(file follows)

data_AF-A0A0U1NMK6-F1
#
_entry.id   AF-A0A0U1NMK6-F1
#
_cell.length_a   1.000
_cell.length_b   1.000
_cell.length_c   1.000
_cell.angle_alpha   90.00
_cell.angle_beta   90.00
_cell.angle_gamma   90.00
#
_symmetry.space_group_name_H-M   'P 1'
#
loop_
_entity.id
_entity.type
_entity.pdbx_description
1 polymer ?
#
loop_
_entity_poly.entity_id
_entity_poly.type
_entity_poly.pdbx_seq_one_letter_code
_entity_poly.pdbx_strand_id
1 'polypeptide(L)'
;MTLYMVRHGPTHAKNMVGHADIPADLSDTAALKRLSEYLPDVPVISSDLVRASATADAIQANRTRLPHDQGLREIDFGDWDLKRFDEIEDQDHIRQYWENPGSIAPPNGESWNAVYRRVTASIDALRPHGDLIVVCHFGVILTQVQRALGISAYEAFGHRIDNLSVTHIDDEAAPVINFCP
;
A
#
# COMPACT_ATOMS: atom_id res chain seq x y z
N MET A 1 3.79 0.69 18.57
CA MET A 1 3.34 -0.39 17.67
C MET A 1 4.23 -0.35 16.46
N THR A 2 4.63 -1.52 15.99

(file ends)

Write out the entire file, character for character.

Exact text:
data_AF-A0A0U1NMK6-F1
#
_entry.id   AF-A0A0U1NMK6-F1
#
_cell.length_a   1.000
_cell.length_b   1.000
_cell.length_c   1.000
_cell.angle_alpha   90.00
_cell.angle_beta   90.00
_cell.angle_gamma   90.00
#
_symmetry.space_group_name_H-M   'P 1'
#
loop_
_entity.id
_entity.type
_entity.pdbx_description
1 polymer ?
#
loop_
_entity_poly.entity_id
_entity_poly.type
_entity_poly.pdbx_seq_one_letter_code
_entity_poly.pdbx_strand_id
1 'polypeptide(L)'
;MTLYMVRHGPTHAKNMVGHADIPADLSDTAALKRLSEYLPDVPVISSDLVRASATADAIQANRTRLPHDQGLREIDFGDWDLKRFDEIEDQDHIRQYWENPGSIAPPNGESWNAVYRRVTASIDALRPHGDLIVVCHFGVILTQVQRALGISAYEAFGHRIDNLSVTHIDDEAAPVINFCP
;
A
#
# COMPACT_ATOMS: atom_id res chain seq x y z
N MET A 1 3.79 0.69 18.57
CA MET A 1 3.34 -0.39 17.67
C MET A 1 4.23 -0.35 16.46
N THR A 2 4.63 -1.52 15.99